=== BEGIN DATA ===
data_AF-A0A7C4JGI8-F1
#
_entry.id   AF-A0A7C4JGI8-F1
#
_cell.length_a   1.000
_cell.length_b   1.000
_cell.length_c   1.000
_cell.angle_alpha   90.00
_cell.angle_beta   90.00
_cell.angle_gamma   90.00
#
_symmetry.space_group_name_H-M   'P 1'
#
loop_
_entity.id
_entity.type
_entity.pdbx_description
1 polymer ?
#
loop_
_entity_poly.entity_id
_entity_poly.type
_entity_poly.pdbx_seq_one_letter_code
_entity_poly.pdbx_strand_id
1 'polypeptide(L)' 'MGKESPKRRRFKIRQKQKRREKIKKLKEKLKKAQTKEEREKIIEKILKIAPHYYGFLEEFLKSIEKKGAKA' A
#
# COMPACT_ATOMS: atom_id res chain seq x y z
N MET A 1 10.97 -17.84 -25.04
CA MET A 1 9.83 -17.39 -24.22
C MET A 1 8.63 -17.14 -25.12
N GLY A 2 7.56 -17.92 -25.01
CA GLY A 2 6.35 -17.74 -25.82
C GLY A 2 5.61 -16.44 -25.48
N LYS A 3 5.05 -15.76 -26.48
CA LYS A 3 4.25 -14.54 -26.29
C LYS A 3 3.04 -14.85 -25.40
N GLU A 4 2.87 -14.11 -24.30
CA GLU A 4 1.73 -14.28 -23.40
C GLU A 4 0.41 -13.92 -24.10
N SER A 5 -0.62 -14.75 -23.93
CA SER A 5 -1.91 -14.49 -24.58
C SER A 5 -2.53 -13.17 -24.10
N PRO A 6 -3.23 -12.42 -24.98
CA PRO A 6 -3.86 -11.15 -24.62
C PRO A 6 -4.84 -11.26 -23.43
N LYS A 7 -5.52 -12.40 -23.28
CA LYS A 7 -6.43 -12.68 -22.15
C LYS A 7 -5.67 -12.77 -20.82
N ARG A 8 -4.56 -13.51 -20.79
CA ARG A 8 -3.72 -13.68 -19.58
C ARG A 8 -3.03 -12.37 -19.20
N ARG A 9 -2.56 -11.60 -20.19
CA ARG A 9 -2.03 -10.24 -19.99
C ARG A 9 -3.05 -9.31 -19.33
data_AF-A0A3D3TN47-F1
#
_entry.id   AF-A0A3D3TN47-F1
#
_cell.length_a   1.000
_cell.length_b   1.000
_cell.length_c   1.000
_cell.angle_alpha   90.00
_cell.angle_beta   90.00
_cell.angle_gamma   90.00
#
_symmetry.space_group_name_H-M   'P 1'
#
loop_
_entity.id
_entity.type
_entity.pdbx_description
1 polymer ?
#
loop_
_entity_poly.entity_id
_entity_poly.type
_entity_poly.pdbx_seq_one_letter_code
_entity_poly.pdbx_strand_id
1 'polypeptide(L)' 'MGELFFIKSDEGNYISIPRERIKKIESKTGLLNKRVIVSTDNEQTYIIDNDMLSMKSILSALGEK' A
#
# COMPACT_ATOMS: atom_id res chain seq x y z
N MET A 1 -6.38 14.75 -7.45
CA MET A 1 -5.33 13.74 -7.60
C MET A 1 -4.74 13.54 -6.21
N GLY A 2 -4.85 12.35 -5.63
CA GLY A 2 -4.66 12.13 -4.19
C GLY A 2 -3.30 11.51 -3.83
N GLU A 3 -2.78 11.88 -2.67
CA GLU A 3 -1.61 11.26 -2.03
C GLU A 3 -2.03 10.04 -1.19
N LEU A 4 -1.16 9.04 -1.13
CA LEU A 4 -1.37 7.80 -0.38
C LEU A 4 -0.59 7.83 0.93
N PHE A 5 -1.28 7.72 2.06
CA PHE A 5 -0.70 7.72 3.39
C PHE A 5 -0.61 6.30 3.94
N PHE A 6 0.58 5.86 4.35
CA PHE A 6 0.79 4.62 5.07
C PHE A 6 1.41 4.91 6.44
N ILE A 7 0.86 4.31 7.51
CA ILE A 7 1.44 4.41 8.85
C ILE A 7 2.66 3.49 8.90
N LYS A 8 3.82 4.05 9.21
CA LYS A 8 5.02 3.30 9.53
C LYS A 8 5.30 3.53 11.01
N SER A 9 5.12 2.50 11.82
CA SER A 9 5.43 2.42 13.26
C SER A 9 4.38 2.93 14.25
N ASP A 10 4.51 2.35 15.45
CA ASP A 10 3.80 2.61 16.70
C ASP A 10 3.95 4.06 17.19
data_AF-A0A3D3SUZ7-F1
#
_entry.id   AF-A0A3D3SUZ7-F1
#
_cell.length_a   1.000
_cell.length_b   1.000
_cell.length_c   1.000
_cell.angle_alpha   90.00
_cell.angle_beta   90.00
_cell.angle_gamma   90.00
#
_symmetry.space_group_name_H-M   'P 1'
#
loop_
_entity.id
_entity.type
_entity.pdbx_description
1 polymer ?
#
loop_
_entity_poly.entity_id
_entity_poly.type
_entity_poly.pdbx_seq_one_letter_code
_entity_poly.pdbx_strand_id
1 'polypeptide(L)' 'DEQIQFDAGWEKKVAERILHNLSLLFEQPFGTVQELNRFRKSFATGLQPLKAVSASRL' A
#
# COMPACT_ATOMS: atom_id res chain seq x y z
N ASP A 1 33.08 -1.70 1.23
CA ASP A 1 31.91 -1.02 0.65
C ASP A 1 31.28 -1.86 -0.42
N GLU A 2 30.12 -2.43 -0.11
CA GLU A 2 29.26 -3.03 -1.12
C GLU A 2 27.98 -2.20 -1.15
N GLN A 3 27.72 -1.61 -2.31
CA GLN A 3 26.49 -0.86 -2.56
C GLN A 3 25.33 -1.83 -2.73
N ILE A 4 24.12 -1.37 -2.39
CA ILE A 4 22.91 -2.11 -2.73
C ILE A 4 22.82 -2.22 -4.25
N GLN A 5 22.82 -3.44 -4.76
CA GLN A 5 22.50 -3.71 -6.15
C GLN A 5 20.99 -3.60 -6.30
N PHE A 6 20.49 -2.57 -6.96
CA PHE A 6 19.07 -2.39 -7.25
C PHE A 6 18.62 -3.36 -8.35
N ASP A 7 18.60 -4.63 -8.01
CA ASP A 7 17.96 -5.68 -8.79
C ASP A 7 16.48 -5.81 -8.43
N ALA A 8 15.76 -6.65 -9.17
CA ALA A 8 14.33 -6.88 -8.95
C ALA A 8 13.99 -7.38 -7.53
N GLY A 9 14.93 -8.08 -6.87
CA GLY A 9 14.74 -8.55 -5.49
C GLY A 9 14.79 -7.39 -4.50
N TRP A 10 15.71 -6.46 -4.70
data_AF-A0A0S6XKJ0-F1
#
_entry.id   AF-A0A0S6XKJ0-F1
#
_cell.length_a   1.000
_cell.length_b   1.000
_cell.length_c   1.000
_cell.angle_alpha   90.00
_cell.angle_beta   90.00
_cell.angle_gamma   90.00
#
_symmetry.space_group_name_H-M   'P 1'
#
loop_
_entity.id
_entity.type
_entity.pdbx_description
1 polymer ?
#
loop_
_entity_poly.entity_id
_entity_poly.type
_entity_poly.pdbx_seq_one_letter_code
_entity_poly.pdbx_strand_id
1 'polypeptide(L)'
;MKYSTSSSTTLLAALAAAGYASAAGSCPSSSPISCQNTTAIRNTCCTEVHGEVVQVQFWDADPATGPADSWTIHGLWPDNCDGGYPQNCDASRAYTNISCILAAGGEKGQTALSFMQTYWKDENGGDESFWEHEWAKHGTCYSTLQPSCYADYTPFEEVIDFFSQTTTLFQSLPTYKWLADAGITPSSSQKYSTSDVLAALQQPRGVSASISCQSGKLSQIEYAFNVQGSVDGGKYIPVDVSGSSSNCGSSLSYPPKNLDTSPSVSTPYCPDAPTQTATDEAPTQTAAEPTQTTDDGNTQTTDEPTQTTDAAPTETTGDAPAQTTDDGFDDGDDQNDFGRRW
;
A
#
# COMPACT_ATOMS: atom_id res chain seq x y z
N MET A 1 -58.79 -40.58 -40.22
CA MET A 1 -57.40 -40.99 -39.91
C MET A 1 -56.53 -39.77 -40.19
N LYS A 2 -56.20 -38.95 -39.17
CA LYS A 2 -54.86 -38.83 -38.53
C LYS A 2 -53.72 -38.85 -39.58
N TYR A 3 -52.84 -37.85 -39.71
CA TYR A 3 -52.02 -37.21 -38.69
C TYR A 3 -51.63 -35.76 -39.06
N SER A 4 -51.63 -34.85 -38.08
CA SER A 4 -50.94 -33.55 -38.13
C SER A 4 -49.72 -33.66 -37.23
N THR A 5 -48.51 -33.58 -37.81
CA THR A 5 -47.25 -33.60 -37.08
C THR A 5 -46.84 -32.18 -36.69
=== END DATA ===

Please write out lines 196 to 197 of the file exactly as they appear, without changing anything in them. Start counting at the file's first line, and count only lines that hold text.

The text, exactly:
# COMPACT_ATOMS: atom_id res chain seq x y z
N MET A 1 -58.79 -40.58 -40.22